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Hospitals score poorly on some aspects of care

PUBLISHED: 13:29 13 May 2009 | UPDATED: 09:31 06 July 2010

Patients have painted a mixed picture of too few nurses, not enough information and long waiting times in a survey of our region's hospitals released today.

Patients have painted a mixed picture of too few nurses, not enough information and long waiting times in a survey of our region's hospitals released today.

The Queen Elizabeth Hospital in King's Lynn was worst in the country on the number of patients who thought there were not enough nurses to care for them. The Norfolk and Norwich University Hospital, which came out as one of the best hospitals in the country for quality of care in last year's survey, has more mixed results this year, with emergency care and patients' time on the ward coming out particularly badly. Papworth Hospital in Cambridgeshire, which provides specialist heart treatment for the region, has emerged as one of the best in the country.

The N&N was in the bottom 20 hospitals in the country for patients' views of emergency care and the hospital environment. In particularly, it scored in the worst fifth in the country for quality of food, noise at night from staff, and for patients saying they had mixed-sex bathroom or shower facilities. N&N chief executive Anna Dugdale said they were puzzled by this last response, as all the wards have separate shower facilities for men and women.

“We have recently introduced baked potatoes and salad trolleys on our wards in direct response to feedback from patients. Our ward sisters have also been doing a lot of work to make the wards quieter during the night by arranging for waste bins and apron dispensers to be altered to make them quieter.”

The N&N did better than most other hospitals for explanations of operations, and giving patients privacy while their condition was discussed.

The QEH was the worst in the country on the numbers of patients who thought there were not enough nurses to care for them. The hospital also scored poorly on the time taken for the call bell to be answered. Patients were also more likely to say that there was no-one to talk to about their worries and fears. But very few people wanted to complain about their treatment, and it did well on patients being offered a choice of food. The hospital says these are the views of a “relatively small sample group” but that it will be taking action. A spokesman said: “We have been actively recruiting nurses over the past 12 months and we are shortly to start a new campaign to encourage qualified nursing staff who may have given up work to raise a family to return to work here.”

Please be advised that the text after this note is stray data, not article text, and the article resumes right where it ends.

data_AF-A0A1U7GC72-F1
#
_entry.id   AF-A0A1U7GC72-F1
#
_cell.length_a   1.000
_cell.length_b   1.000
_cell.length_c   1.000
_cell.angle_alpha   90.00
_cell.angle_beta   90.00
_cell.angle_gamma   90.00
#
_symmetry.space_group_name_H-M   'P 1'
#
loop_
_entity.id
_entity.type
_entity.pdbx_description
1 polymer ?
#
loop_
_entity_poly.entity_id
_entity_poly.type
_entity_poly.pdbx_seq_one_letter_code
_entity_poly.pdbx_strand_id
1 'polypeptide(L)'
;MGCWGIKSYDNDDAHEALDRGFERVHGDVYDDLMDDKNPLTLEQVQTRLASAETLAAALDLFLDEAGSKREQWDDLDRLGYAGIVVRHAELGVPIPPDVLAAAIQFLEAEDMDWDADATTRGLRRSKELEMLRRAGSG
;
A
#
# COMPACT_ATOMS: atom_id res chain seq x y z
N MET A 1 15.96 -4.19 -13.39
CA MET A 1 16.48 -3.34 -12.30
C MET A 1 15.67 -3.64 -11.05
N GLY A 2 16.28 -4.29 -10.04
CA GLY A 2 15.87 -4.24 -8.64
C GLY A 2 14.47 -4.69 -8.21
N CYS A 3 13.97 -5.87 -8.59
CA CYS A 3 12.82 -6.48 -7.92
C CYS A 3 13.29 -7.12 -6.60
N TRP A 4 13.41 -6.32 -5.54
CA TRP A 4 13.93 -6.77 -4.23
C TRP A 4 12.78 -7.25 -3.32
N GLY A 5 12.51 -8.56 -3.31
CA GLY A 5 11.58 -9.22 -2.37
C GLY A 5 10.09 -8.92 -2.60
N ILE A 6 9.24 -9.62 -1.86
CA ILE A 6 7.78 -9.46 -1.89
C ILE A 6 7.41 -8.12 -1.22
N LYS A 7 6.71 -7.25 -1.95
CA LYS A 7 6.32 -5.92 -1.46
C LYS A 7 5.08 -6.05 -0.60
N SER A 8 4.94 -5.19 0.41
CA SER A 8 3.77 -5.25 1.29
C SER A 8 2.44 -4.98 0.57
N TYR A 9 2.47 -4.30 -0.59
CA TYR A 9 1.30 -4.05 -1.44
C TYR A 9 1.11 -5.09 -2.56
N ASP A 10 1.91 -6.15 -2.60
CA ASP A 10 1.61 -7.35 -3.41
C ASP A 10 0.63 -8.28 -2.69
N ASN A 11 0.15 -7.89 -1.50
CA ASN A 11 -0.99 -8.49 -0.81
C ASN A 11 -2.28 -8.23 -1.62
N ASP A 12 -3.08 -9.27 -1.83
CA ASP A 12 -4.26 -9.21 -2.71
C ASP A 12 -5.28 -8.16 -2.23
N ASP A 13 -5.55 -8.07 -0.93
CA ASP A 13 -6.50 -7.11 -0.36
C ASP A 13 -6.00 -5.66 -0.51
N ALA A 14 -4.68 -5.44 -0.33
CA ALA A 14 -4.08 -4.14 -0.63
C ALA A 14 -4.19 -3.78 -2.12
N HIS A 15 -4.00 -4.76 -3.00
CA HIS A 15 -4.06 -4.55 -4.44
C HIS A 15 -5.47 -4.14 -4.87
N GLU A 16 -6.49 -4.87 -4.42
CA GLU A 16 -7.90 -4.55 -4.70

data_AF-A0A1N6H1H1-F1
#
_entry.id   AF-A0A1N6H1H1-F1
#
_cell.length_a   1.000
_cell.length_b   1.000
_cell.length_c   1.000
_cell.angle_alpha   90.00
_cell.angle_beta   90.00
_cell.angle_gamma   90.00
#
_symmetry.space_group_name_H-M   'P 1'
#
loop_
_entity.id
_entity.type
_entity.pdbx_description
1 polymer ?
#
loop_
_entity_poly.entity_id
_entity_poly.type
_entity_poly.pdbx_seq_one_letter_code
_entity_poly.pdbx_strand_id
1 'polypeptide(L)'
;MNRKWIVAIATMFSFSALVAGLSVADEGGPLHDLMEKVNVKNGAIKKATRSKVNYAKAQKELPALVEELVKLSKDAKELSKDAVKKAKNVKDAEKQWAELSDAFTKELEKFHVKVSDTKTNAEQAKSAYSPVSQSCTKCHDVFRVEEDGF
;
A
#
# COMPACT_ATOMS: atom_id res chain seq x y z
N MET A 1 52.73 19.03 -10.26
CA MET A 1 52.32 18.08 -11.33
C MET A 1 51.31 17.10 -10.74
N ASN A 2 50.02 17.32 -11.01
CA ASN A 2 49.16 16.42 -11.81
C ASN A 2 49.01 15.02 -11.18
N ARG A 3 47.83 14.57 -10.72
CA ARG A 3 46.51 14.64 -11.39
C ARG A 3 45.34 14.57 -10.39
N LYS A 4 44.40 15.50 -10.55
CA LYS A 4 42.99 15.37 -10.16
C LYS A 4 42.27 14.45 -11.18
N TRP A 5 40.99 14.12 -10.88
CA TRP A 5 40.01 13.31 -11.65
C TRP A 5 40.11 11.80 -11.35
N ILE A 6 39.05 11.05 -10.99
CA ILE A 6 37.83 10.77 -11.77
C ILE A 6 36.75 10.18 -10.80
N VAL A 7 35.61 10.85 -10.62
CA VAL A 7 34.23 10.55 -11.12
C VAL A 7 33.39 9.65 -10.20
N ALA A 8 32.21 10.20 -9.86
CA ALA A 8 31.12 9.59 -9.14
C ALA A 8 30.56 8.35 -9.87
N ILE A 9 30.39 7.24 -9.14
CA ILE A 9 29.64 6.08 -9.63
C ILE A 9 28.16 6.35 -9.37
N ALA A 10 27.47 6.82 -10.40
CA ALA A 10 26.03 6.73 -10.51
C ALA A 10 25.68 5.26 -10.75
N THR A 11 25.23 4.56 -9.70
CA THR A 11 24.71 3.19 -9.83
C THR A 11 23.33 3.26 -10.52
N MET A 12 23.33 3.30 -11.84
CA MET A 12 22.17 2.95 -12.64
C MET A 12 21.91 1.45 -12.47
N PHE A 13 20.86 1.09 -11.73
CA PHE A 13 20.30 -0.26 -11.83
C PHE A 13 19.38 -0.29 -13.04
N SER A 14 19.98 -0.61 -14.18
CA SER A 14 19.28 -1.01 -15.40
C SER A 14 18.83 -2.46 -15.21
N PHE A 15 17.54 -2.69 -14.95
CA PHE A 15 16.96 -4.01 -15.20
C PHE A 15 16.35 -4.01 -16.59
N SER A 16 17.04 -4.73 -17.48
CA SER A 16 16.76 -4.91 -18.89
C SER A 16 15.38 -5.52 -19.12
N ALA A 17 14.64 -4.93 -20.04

The James Paget University Hospital in Gorleston, which has made great efforts to crack down on superbugs, scored particularly well on hospital cleanliness and handwashing by staff. But it did less well for time waited to be admitted to hospital. Nick Coveney, director of nursing and patient services, said: “Our patients rated us among the best nationally for the cleanliness of the hospital environment and hand washing, hospital food, privacy when being examined or treated and when discussing conditions and treatments and the availability of hospital staff to talk to about worries and fears.”

The West Suffolk Hospital in Bury did well on patients having confidence and trust in nurses, and few people felt they wanted to complain. But waiting times for admission to hospital and having to share bathroom and shower areas scored relatively poorly.

The survey was carried out last summer by the Picker Institute for the Care Quality Commission, the national watchdog which has replaced the Healthcare Commission. It is the sixth year of the survey.

Cynthia Bower, CQC chief executive, said: “We expect trusts to be interrogating these results and asking themselves how they can improve.”

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